P = V * I. In your case for the LED, P = 20 W, V = 11 V and therefor I = 1.82 A.
To drive the LED correctly you will need to limit the current to 1.82 A. (you will also need to provide adequate heat sinking as 20 W is a lot of power to dissipate and most of it will be in the form of heat!!!! .... but that is another matter)
Diodes, using a PN junction have forward voltage drop, in your case that drop is 11 V. When referring to the diode datasheet they will include a V I curve, this will relate how much current flows for a given voltage. When you examine this curve you will notice that the current heads toward infinite for the given voltage drop. If you allow this to happen, you diode will simply burn out.
The simplest method to limit the current is to use a resistor. V = I * R. For a given voltage drop, a fixed resistor will limit the current to a fixed amount.
Assuming you have a 18 V battery and an 11 V LED, the difference, 7 V will need to be dropped across the resistor. This is fixed. Also fixed is the desired current, of 1.82 A. Rearranging the equation you get R = V / I => R = 3.8 ohm. This resistor will need to be rated to a minimum of 12 W. That is a large resistor that will get hot!!!!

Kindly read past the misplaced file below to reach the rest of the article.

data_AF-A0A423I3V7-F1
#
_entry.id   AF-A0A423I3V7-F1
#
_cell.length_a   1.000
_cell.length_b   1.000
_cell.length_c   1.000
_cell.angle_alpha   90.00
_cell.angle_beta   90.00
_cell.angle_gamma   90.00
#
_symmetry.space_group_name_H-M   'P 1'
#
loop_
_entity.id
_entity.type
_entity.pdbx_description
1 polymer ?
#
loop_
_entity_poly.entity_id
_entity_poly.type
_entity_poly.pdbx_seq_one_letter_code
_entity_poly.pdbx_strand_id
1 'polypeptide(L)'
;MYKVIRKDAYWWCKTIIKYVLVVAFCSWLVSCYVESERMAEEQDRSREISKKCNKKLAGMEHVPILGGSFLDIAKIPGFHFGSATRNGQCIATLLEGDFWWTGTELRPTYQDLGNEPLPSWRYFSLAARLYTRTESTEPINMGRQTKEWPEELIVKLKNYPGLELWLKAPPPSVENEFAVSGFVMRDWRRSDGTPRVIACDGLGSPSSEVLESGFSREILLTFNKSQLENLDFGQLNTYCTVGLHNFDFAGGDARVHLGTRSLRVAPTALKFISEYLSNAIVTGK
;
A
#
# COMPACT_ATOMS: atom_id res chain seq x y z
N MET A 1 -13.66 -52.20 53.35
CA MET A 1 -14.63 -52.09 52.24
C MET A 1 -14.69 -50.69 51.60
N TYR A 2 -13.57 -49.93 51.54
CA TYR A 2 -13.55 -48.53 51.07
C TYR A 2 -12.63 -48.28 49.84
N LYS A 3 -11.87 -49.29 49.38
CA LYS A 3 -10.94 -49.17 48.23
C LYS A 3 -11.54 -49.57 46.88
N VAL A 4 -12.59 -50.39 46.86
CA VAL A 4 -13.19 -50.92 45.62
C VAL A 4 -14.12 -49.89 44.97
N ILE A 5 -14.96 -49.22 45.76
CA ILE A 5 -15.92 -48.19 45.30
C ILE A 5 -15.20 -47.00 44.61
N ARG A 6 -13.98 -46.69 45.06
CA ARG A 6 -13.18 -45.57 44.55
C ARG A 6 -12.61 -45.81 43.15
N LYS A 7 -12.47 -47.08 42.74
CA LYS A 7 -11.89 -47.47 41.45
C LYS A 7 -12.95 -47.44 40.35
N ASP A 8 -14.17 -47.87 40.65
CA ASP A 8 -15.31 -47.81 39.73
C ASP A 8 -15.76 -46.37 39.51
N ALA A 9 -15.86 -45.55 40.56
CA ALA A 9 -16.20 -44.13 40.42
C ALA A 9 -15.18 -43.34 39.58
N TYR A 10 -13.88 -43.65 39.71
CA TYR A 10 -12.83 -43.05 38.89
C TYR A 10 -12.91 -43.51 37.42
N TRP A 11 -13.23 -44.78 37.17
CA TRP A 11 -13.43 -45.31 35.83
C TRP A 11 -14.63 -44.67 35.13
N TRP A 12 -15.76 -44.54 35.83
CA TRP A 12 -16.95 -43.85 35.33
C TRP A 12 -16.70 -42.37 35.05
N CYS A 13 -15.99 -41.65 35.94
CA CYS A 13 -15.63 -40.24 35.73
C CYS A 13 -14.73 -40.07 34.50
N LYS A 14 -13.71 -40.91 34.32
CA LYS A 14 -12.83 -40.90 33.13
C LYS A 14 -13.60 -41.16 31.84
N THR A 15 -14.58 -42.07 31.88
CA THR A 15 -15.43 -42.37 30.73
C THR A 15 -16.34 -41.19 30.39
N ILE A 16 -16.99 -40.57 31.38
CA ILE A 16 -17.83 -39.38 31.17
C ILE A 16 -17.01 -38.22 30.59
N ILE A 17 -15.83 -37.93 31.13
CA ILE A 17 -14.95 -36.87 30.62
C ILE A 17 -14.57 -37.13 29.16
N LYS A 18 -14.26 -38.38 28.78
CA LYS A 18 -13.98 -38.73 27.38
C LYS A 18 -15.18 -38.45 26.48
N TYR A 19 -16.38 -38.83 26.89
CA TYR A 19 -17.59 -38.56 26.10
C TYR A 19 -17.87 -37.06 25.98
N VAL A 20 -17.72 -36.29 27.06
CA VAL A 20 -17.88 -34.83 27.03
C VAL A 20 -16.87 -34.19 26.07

The brings up the second issue - heat. At a total of 32 W to dissipate, you will need some serious heatsinking.
You can probably do away with the resistor and replace it with a controlled current circuit based on transistor and or mosfets but I will leave that to someone else to answer. The same issue of heat dissipation may still be present depending on the circuit design!!!
I know you mentioned you have an 11 V battery and an 11 V LED. Unless the LED has built in current limiting circuit, or the battery has, it will be difficult to drive it at the same voltage (depending on the VI curve of the diode) without a boost converter.